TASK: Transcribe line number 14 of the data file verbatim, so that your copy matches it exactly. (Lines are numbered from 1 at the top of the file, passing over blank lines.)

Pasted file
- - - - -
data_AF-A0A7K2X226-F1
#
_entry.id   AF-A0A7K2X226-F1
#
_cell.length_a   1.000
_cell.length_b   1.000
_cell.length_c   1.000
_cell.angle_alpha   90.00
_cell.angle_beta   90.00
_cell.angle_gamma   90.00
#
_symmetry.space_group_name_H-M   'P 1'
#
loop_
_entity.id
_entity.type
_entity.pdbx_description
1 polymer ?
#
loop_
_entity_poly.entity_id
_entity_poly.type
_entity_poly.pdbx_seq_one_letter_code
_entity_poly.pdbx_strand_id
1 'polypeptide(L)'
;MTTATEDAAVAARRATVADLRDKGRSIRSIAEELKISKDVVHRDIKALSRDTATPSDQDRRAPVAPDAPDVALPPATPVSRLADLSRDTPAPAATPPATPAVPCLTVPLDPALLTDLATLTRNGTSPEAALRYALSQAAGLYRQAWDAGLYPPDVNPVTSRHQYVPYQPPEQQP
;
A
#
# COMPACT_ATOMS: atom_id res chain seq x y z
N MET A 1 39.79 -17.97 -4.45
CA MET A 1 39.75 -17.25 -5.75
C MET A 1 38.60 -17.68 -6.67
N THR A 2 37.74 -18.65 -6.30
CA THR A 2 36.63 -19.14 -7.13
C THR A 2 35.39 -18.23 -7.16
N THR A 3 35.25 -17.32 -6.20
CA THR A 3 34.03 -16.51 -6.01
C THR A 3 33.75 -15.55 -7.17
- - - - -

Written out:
loop_